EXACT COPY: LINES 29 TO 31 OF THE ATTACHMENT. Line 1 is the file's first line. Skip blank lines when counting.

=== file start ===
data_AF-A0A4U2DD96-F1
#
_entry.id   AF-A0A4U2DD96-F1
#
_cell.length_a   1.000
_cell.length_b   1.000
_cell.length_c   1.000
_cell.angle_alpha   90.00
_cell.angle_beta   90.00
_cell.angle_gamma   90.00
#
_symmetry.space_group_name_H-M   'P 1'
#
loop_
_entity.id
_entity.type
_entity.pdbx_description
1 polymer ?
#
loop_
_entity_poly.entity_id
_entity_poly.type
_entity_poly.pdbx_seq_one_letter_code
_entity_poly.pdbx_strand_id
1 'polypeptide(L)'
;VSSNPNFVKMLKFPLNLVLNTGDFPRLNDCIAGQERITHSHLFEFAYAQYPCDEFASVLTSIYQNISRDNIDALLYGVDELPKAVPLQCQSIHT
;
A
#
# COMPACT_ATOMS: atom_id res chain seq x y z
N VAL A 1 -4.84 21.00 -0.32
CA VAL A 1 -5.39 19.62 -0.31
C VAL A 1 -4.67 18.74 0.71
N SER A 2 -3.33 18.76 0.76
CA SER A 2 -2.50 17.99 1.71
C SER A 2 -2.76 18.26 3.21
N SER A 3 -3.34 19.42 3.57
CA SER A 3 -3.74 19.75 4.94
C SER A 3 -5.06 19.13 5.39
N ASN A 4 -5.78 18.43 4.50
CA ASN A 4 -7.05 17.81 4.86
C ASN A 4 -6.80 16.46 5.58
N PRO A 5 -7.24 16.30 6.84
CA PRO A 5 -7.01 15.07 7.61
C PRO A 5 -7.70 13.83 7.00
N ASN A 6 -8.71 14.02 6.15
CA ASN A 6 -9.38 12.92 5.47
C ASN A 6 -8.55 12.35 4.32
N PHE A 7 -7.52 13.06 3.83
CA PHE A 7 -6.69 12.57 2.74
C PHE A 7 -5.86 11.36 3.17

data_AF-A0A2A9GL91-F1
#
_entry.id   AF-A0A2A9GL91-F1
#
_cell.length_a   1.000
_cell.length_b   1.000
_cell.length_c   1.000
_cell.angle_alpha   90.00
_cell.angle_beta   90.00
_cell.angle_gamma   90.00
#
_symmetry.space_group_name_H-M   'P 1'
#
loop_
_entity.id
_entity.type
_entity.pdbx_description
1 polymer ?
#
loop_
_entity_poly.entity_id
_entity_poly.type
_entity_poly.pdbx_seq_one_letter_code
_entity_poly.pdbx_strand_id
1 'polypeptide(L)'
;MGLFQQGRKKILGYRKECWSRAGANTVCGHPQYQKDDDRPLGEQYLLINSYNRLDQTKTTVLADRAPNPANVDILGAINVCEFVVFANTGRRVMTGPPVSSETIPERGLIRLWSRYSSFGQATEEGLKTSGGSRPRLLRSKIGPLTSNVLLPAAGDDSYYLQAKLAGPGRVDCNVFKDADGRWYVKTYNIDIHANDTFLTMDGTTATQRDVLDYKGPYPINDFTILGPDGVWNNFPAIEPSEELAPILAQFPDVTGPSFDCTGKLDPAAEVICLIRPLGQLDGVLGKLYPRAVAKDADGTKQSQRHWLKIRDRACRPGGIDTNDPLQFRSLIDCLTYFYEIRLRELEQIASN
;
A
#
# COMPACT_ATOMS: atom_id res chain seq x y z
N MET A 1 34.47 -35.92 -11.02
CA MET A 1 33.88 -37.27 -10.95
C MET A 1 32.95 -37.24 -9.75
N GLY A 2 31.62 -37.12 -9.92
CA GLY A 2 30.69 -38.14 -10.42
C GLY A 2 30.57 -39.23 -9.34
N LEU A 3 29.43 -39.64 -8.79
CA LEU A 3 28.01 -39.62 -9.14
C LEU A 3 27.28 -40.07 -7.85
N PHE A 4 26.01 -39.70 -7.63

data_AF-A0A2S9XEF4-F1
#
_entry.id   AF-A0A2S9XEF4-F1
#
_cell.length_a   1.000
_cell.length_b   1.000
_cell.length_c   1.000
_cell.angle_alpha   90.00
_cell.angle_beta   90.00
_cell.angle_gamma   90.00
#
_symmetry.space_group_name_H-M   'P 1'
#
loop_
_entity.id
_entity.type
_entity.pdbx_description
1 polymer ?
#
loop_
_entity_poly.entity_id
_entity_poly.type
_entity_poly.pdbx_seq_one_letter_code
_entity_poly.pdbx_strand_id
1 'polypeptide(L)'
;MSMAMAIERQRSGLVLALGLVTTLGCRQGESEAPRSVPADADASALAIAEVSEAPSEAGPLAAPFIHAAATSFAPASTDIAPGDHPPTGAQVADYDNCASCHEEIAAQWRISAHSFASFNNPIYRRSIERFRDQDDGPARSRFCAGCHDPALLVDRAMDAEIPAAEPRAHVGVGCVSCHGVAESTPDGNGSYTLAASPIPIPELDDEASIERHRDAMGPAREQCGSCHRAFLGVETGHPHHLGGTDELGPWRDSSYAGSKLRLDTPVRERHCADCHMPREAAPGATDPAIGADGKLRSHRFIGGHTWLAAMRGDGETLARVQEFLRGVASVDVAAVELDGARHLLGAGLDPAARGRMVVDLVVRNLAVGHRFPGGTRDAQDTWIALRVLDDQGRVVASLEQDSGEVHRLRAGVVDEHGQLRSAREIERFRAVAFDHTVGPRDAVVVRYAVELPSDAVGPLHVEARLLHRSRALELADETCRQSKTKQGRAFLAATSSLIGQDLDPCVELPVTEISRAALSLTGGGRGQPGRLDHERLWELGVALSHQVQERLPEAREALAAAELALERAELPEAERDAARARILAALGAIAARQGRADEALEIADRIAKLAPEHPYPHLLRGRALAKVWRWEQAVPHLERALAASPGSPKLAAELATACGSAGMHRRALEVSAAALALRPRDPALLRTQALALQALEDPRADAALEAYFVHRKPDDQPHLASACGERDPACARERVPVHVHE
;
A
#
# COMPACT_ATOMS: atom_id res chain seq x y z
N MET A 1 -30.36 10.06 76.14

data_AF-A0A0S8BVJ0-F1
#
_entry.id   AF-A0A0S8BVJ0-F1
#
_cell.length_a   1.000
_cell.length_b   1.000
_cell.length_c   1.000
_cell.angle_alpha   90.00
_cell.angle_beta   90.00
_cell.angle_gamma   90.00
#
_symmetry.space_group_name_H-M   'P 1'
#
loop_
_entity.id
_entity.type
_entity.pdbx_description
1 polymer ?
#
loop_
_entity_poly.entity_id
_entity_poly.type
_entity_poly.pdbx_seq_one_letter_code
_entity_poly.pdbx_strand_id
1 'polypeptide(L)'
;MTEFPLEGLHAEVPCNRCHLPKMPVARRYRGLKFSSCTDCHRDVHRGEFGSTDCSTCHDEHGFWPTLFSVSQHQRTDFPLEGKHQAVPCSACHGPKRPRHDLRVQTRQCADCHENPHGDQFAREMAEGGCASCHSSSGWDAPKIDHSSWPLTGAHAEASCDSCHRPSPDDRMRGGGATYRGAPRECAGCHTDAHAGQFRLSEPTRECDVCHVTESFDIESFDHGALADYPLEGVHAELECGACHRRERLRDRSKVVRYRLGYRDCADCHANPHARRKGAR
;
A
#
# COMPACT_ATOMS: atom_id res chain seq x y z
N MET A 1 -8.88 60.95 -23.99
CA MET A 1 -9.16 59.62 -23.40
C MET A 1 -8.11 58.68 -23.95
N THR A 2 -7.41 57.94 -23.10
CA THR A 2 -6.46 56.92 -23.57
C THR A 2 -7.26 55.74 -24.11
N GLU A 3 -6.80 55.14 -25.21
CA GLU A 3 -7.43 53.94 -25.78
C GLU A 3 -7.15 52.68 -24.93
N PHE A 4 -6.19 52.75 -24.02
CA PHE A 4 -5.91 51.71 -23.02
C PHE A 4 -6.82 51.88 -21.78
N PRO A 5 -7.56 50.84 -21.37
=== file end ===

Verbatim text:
#
# COMPACT_ATOMS: atom_id res chain seq x y z
N VAL A 1 -4.84 21.00 -0.32